This blog was authored by Lisa S. Charbonneau.

Flu season is upon us again. This year hospitals across California have reported unusually high numbers of patients with flu-like symptoms  and news outlets say this flu season is on track to being the worst in 10 years.   What, if anything, can employers do to manage and minimize the effects of flu season on employees?

Employees Should Take Advantage of Their Available Sick Leave

Many employees come to work sick or fall ill at work but do not leave. Employees who are sick in the work place may cause the sickness to spread to other employees, leading to productivity loss.  To best promote the use of sick leave when employees are sick, employers should clearly inform employees that they are expected to use their sick leave when necessary and if they experience symptoms at work, they should go home – and stay home until they have recovered.  Importantly, managers who come to work sick set a poor example for their supervisees.  Therefore, managers should be similarly advised not to come to work while sick or displaying flu-like symptoms.

Send Home Employees Who Show Visible Signs of a Contagious Illness at Work

An employer can require an employee to go home if he or she is showing signs of a contagious illness – even if the employee does not want to leave work. The best practice is to take this action when an employee shows extreme signs of illness, e.g. loud and repeated coughing, hacking, or sneezing.  When sending an employee home due to visible illness, employers must ensure they are acting in a non-discriminatory, non-retaliatory, and neutral manner.  Employers should consider establishing policies or procedures with language confirming the right to remove sick employees from the workplace.

Employees May Use Sick Leave to Care for Family Members with the Flu

California’s Paid Sick Leave Law provides that employees may use up to one half of their annual accrued sick leave to care for their family members. The definition of family members is quite broad; the term includes children, parents, spouses, domestic partners, grandparents, grandchildren, siblings, and parent-in-laws.  Employers cannot deny an employee the right to use protected paid sick leave and are prohibited from retaliating against employees for using such leave.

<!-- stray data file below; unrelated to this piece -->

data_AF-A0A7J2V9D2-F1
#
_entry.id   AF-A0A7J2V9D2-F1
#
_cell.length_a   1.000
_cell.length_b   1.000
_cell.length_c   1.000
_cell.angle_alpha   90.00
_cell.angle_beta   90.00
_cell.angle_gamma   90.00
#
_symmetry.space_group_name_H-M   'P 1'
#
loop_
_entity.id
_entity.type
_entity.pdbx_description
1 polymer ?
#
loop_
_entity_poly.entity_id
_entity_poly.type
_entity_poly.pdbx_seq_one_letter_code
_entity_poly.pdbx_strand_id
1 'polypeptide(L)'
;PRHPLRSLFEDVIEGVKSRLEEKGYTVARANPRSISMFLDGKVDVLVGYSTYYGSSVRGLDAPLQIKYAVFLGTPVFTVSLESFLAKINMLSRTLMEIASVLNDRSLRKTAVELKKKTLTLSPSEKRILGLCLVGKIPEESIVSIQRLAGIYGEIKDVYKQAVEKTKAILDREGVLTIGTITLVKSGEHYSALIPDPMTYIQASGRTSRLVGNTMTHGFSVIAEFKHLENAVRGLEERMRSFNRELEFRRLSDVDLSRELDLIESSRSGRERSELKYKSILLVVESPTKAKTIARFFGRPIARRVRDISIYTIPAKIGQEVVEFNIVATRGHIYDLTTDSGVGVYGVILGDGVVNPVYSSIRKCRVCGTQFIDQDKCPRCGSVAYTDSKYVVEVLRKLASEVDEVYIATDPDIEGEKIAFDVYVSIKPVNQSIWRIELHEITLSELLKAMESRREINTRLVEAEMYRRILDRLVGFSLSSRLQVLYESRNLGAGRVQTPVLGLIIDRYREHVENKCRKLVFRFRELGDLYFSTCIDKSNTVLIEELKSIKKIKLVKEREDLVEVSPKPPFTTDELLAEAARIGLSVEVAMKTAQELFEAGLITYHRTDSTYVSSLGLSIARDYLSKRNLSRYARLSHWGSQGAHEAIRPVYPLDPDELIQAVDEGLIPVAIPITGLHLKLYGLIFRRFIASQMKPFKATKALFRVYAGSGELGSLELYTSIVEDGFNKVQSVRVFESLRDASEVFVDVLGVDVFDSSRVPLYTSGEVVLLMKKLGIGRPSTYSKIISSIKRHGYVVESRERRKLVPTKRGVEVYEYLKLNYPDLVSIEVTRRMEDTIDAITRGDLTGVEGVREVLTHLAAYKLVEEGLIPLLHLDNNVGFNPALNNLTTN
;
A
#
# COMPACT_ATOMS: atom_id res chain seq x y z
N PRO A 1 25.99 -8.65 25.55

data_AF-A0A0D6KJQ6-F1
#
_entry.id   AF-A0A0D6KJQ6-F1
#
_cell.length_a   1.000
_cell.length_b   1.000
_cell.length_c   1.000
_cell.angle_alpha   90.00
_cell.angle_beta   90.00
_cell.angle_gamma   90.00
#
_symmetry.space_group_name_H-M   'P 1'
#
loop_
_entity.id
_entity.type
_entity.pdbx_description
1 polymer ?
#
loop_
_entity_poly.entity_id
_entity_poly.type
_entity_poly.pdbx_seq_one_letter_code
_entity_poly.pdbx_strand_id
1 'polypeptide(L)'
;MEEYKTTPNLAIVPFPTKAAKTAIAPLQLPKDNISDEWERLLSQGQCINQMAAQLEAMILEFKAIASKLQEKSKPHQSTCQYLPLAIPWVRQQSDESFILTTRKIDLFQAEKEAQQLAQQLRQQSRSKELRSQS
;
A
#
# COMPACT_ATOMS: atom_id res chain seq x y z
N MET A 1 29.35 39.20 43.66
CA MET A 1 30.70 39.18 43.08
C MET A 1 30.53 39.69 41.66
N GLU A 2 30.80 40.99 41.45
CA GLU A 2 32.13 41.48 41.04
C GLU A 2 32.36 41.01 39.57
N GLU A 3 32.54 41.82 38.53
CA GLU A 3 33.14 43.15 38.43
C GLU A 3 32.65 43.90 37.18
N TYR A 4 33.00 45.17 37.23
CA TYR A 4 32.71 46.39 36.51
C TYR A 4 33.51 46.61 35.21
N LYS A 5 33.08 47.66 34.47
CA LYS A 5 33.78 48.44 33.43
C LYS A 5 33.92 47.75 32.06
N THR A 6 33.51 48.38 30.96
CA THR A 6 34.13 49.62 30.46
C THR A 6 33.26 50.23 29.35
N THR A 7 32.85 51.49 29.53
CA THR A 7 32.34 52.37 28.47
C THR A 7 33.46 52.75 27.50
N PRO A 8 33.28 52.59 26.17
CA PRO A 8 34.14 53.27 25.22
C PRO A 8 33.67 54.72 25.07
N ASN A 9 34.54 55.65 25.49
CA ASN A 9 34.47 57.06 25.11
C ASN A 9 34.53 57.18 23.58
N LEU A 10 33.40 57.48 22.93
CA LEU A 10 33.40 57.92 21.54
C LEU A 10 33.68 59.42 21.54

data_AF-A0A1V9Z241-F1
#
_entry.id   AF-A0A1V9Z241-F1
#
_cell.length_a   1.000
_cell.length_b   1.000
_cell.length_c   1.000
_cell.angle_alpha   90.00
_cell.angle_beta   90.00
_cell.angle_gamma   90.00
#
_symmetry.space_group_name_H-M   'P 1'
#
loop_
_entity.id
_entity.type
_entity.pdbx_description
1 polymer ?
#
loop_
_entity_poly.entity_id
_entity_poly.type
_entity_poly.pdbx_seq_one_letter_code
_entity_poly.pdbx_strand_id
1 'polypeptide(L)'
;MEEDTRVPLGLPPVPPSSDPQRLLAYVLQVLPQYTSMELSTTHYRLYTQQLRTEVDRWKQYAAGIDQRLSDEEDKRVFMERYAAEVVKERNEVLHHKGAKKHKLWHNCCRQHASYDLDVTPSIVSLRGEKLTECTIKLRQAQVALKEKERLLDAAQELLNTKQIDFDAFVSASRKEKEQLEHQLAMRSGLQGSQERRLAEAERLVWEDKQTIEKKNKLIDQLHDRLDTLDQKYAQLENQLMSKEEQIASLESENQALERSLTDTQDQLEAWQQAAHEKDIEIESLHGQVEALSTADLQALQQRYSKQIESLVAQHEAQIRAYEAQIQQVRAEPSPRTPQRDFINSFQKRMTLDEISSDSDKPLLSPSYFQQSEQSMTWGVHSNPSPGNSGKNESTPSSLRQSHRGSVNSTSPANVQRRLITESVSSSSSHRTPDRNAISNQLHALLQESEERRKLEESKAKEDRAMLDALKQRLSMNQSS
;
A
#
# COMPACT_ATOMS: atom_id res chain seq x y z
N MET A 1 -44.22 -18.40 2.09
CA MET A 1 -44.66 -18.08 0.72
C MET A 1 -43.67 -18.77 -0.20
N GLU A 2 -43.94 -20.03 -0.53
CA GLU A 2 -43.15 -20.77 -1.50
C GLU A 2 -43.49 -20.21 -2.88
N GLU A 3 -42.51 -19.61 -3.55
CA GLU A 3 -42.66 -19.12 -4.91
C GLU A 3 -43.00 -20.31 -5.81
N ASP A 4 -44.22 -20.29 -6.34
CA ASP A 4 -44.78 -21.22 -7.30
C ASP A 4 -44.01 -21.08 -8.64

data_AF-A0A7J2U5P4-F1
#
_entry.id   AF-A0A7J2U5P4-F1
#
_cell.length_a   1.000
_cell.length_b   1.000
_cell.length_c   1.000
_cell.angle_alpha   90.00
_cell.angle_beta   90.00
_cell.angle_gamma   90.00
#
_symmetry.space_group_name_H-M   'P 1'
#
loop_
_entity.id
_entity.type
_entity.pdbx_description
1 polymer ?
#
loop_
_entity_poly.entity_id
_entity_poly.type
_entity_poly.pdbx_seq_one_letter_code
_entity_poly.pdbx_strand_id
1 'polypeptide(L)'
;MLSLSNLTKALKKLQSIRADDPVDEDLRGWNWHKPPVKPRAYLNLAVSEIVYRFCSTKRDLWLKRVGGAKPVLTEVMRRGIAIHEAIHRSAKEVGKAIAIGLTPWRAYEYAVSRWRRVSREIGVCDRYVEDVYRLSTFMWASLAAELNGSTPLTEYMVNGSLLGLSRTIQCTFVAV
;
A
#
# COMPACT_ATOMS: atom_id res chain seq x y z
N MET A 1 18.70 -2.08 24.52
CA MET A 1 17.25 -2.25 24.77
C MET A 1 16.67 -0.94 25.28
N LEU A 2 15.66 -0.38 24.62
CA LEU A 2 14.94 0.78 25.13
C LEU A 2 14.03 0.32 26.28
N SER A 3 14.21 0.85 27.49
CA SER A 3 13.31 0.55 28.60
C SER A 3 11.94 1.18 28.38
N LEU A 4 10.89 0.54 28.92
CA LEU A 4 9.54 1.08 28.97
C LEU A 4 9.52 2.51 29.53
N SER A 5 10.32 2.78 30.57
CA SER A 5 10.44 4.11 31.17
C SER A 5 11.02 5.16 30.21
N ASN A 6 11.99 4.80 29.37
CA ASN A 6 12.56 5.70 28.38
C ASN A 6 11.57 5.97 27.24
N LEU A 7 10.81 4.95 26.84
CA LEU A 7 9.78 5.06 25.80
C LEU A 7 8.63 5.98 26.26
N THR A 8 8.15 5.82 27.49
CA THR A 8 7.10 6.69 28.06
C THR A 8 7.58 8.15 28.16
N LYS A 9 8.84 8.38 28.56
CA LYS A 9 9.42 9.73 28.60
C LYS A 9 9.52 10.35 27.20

The Flu Could Trigger FMLA/CFRA Entitlements

If the flu constitutes a “serious health condition” under the FMLA/CFRA, an affected employee would be entitled to avail themselves of their FMLA/CFRA rights, including by taking protected leave for their own flu or to care for a family member with the flu (assuming all other legal requirements are met). The flu may be a “serious health condition” if the employee is unable to work or perform other regular daily activities for three consecutive calendar days and the employee requires treatment from a healthcare provider twice within thirty days and/or requires continuing treatment under the supervision of a health care provider.

Although employers cannot escape influenza season, employers do have tools to address the effects of contagious illnesses in the workplace. For more information on leave entitlements for California employees, including California’s new Protected Paid Sick Leave Law, please visit the LCW Liebert Library here:

And don’t forget to wash your hands!


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Photo of Lisa S. Charbonneau Lisa S. Charbonneau

Lisa represents and advises Liebert Cassidy Whitmore clients in all matters pertaining to labor and employment law. She represents LCW clients in employment litigation throughout the state and advises clients on issues ranging from state and federal wage and hour law compliance to the interactive process to the mandates of the Meyers-Milias-Brown Act.

Lisa has appeared in state and federal courts throughout the Bay Area, as well as before the California Labor Commissioner, the Equal Employment Opportunity Commission, and the California Commission on Teacher Credentialing. Prior to joining LCW, Ms. Charbonneau represented private employers and public and private employees in litigation matters ranging from wage and hour class actions to public employee dismissal proceedings to individual discrimination lawsuits.

Lisa received her JD from U.C. Hastings College of the Law in 2006 and was admitted to the California State Bar in December of that year. While at Hastings, Lisa served as an Equal Justice America fellow and received a grant to work on community economic development issues for the City of Detroit. Lisa earned her Bachelor of Arts with Honors in Government from Wesleyan University in Middletown, Connecticut, and soon after that worked at a political magazine, The American Prospect, until she began to pursue her law degree.

Lisa was recognized as a “Rising Star” by Northern California Super Lawyers in 2012, 2013 and 2014, and in 2010 received a Community Partner Award for pro bono work with the Transgender Law Center in San Francisco, California. She is a member of the California State Bar’s Litigation Section and Women Lawyers of Alameda County.